unrelenting.technology

The web standards process is a weird thing. Something as complicated and incredible as CSS Grid is already shipping everywhere… while something as mundane and simple as registering a website as a share target has been in the bikeshedding stage for two years already.

Compiled oxipng to WebAssembly, very littlechanges were required :)

Polymer 3.0 is pretty exciting! R.I.P. HTML Imports.

Paper elements were automatically converted to ES Modules… except for the deprecated neon-animation, which is a dependency of paper-dialog and some others. Hopefully this will be solved soon. micro-panel is a heavy user of paper-dialog! :D

Also, a new interesting thing by the Polymer team is lit-html, which is not yet actually integrated with Polymer…

So Amazon Lambda has a 6 MB limit on request (and response) size. Binary files have to be Base64 encoded (LOL) which makes the limit even SMALLER! So my micropub media endpoint chokes on full DSLR resolution photos. Yeah the "right way" is to have the API Gateway endpoint upload to S3, and the upload event trigger the Lambda processing which would download from S3, and use a separate Lambda for authentication on that endpoint… but I need the processed URLs in the response body. I need everything to happen in one request! How did AWS engineers not see that use case coming?!

AWS Route 53 looks like a nice DNS hosting service because API (automated ACME DNS verification is pretty cool) and automatic config for adding domains to other AWS things but they're really slow with new DNS record types. Still no CAA! And SSHFP! What in the hell, the most powerful Cloud™ company in the world can't add a simple record type?

Added Custom Elements v1 wrappers to a small WYSIWYG editor and a small code editor, because micro-panel.

It's terrible hot take time:

React is capitalist. Since it's been ported to many platforms (browsers, node.js, iOS, Android, now even Sketch) it is designed to let businesses reach customers on all platforms with less development effort, instead of hand-crafting apps that care about each individual platform's users. And there's a sort of lock-in, you're not a web/iOS/Android developer, you're a React developer. That's kinda like businesses trying to lock you in to their ecosystems (Apple, Microsoft).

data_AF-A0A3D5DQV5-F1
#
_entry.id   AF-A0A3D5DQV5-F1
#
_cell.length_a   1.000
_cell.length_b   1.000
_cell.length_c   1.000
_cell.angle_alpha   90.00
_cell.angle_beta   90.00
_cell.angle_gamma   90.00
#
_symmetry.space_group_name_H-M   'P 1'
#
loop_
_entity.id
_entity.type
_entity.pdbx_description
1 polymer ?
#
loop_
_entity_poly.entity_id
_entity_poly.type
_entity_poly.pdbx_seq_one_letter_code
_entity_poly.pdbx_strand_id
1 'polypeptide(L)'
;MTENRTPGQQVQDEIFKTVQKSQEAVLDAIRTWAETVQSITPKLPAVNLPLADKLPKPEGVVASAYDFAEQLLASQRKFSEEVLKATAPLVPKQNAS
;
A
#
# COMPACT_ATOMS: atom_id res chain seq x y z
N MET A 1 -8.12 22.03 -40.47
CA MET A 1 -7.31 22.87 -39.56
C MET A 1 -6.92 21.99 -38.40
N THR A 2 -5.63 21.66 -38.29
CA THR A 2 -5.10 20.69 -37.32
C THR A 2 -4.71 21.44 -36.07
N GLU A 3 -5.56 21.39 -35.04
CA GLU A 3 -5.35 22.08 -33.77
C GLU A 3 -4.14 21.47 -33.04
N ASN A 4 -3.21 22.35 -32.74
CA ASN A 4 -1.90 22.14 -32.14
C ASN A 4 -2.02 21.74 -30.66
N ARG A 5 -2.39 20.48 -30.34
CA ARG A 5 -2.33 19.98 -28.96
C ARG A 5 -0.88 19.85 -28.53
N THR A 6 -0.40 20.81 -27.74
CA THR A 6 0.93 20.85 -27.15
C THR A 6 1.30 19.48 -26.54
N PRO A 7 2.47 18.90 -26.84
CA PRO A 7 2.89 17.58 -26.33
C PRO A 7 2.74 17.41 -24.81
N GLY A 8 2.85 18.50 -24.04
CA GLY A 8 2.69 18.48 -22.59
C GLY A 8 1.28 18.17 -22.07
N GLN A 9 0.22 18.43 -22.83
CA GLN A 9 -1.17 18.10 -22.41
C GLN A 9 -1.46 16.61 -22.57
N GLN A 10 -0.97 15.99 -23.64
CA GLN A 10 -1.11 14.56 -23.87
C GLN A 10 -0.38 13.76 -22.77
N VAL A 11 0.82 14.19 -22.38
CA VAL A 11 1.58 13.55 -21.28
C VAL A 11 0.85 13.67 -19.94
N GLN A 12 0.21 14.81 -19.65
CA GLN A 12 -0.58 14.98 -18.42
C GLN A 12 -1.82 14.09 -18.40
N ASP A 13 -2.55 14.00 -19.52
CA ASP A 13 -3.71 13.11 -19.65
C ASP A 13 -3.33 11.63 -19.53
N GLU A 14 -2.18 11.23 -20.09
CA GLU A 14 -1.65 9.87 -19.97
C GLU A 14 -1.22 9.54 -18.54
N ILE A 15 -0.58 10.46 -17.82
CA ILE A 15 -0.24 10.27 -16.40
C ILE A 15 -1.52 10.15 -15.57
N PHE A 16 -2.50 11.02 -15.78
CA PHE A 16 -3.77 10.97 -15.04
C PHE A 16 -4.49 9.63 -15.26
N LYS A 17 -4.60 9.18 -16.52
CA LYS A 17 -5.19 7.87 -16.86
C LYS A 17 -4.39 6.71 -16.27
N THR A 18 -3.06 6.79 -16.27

In contrast, Polymer is good and communist fully embraces the web as the only platform, which is good for the open web.

I can’t believe NO ONE made a rewrite of VisualSearch.js / Search.js without all the dependencies (jQuery, jQuery UI, Backbone and Underscore!)

I’m working on a server-side HTTP cache! It’s a Haskell WAI middleware. It’s controlled by Cache-Control / Vary. It doesn’t have real storage backends yet, but it has a test that I’m really happy with and some thoughts about using caches against DoS attacks in the README.

Oh, also it’s probably a good example of OOP-ish Haskell. Thanks to GADTs, the CacheConf constructor “eats” the backend types :D It’s like class Conf { BackendInterface backend; } in Java/C#.

I made a thing that lets me post Dungeon Crawl Stone Soup game logs to my website!

It has… kind of a long story, actually. So back in 2013 when I was a huge fan of App.net, I wanted to make an App.net client that would be “like Battlelog but for Crawl”. (Why would anyone use that instead of the Tavern, I don’t know. I thought I could get DCSS players to sign up for App.net :D)

So I wrote clj-dcss, a working parser for DCSS morgue files (out of date by now; also turns out it’s a bad idea to parse the whole log), and rxjava-http-tail for following logs on public servers. And Crawllog itself was also somewhat complete, but I never actually deployed it.

Fast forward to 2016, I no longer use App.net, I’m a huge fan of the IndieWeb and I made a new Crawllog :D